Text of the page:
Tennessee must address historically bad defense
KNOXVILLE, Tenn. — Where does Tennessee go from here?
The Vols suffered their second loss to in-state foe Vanderbilt in the Butch Jones-era Saturday night in Nashville.
It was the first time since 1926 that Vanderbilt defeated an eight-win Tennessee team, raising questions about the direction of the program under fourth-year head coach Jones. The loss to Vanderbilt was also the first time that a Tennessee head coach had lost multiple games to the Commodores since MB Banks (1921-25).
Jones came to Tennessee in 2013 when the program was unstable after Lane Kiffin and Derek Dooley left it in the previous four years. Jones has put Tennessee back on a relevant national footing but hasn’t yet pushed it over-the-top.
After losses like Saturday night to Vanderbilt and weeks before at South Carolina, the program is getting blasted by the national media. Fans are left to wonder if there is a positive end in sight.
Turning things around will have to start with fixing the defense. It’s a unit in need of immediate action.
“I will start when we get home tonight,” Jones said after the loss to Vanderbilt. “I will see what we need to do to get better. I love our players. They are giving everything that they have.”
The unexpected losses to South Carolina and Vanderbilt have been accompanied by offbeat quotes from Jones at press conferences, most recently proclaiming his team “Champions of Life,” a line that drew mockery from some sports writers and social media commentators.
Jones mostly has steered the program in the right direction, but nonetheless will face questions and scrutiny going into his fifth season next year.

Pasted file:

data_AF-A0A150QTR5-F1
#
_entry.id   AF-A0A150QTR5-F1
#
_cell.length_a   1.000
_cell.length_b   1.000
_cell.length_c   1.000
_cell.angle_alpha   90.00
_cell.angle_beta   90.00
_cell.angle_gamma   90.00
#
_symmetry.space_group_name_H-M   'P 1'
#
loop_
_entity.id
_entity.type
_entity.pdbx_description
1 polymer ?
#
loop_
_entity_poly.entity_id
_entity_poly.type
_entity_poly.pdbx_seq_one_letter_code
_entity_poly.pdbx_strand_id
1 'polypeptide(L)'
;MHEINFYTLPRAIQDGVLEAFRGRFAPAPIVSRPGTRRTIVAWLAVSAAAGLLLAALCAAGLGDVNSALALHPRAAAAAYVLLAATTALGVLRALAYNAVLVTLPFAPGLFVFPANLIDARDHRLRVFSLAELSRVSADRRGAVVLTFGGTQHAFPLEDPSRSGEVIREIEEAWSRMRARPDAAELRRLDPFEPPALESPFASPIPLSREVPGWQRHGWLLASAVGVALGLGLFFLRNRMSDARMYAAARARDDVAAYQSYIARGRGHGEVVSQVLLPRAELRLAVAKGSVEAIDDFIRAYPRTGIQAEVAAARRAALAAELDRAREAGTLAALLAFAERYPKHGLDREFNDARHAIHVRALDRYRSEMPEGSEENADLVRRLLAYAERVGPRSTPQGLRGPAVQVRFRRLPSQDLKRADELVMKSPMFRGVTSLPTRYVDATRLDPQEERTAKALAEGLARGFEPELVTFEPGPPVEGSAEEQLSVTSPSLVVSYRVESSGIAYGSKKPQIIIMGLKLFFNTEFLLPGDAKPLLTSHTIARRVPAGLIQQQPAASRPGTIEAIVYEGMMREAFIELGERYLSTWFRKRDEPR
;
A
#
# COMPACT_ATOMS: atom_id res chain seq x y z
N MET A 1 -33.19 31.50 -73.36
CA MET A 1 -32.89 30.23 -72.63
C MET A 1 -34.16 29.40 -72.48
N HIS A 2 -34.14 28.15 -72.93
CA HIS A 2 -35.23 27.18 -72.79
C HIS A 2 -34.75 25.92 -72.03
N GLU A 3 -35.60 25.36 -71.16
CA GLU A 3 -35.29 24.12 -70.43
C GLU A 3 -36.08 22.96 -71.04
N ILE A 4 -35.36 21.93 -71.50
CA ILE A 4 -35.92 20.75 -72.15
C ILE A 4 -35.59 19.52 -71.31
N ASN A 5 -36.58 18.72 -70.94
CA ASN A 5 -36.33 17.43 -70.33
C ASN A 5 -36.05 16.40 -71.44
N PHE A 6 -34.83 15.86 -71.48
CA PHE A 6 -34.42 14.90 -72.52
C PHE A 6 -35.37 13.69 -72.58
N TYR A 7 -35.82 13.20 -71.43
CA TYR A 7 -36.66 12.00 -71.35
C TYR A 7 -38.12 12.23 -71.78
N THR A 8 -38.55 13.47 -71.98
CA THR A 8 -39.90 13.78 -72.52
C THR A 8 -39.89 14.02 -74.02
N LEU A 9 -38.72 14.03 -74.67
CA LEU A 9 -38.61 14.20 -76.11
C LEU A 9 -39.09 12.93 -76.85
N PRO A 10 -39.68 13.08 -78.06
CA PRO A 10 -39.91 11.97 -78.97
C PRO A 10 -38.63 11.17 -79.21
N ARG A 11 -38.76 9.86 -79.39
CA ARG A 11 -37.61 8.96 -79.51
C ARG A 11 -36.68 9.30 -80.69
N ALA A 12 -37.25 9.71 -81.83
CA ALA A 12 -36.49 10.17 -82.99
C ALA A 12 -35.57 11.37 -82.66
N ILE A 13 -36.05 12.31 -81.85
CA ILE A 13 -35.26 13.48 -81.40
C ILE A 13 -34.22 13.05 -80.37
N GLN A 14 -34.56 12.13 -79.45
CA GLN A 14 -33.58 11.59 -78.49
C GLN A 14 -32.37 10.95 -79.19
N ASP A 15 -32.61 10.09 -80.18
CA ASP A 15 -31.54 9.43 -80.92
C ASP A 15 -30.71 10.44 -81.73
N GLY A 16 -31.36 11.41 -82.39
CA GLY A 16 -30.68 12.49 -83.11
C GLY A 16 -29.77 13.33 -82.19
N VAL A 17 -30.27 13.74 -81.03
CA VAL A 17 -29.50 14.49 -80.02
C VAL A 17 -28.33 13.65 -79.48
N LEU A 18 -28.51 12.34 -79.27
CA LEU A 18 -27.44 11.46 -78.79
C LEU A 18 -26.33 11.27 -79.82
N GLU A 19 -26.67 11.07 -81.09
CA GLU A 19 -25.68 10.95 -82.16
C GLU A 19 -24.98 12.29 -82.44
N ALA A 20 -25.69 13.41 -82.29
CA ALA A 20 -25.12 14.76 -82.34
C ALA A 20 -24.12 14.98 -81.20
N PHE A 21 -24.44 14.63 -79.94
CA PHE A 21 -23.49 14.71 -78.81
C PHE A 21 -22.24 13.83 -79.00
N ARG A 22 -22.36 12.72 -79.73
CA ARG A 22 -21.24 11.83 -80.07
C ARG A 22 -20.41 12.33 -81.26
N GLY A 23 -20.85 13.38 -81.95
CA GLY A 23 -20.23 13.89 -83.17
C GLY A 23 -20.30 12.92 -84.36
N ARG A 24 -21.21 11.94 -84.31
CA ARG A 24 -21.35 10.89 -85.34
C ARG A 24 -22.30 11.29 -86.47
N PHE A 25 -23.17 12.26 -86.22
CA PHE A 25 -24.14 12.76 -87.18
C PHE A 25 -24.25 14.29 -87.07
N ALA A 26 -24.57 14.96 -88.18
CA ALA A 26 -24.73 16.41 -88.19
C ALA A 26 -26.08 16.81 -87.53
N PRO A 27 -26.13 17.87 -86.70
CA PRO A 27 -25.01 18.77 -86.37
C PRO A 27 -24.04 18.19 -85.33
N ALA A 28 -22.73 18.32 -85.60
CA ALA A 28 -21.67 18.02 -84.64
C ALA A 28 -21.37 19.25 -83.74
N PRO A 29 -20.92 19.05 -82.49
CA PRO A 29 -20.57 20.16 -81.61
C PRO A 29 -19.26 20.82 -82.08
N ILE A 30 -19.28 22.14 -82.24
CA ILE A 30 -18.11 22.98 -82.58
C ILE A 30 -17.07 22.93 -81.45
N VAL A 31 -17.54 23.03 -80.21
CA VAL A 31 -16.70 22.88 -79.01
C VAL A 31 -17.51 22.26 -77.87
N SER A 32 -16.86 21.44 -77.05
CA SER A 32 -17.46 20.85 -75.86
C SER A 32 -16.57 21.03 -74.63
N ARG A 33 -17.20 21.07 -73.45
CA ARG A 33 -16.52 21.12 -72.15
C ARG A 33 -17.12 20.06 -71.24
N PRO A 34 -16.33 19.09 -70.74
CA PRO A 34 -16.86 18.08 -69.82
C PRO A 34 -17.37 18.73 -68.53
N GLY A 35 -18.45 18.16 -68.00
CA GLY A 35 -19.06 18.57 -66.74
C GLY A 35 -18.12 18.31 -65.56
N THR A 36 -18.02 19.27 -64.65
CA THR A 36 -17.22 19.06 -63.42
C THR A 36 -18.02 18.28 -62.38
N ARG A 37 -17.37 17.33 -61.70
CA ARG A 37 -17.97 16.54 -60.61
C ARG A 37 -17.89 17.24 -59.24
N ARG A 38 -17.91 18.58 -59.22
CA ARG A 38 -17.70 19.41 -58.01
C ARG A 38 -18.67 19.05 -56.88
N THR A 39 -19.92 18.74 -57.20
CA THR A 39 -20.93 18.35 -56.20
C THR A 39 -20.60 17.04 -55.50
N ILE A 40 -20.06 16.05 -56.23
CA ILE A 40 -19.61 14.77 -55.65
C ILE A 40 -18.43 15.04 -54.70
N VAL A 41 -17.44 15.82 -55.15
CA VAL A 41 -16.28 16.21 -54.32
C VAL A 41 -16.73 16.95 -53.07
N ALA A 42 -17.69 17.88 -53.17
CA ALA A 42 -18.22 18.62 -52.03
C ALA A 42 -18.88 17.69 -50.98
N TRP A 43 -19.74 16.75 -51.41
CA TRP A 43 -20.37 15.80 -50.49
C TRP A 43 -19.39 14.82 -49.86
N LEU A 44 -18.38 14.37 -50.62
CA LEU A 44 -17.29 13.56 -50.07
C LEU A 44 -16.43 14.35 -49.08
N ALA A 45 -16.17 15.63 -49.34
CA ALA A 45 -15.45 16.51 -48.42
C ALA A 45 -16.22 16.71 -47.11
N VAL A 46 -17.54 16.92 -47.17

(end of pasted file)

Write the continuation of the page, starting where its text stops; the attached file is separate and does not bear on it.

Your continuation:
What direction will he go in to better the program and repair the defensive unit that was a strong suit a season ago under former defensive coordinator John Jancek? Injuries have decimated the depth of the unit in coordinator Bob Shoop’s first season, but the unit has given up yards at a level never seen before in the history of Tennessee football.
The Vols have given up 1,983 yards in the last three weeks against Kentucky (635), Missouri (740) and Vanderbilt (608). Vanderbilt’s 608 total yards is its most in the 110 years of the in-state rivalry.
The defense ended the regular season having given up 5,522 total yards (2,713 passing and 2,809 rushing) in 12 games. Shoop’s unit gave up 400 or more yards in seven games (Virginia Tech, Florida, Texas A&M, Alabama, Kentucky, Missouri and Vanderbilt). The Vols also gave up 30 or more points in half of the games.
“I never want to use injuries as an excuse because football is a game of adversity,” Jones said . “It’s the next man in. When you’re down three defensive tackles and your best linebacker … it’s another opportunity for other individuals to step up. We gave up over 600 yards of offense and 42 points. That is unacceptable at Tennessee.”
Derek Barnett, who tied the great Reggie White for the Vols’ career sacks lead with his 32nd against Vandy, acknowledged the defensive problems after Saturday’s loss.
“It’s unacceptable,” Barnett said. “It’s a tough loss. Right now we’ve just got to come together and get ready for our bowl game. But this is unacceptable and I’m embarrassed.”
Defensive lineman Kendal Vickers echoed Barnett’s take, saying “it’s embarrassing and we’ve got to do something to fix it.”
Vickers sat beside Barnett post-game and let the words resonate inside Vanderbilt Stadium, framing the problem that Jones will wrestle with come the off-season — a critical off-season indeed for Jones and the program.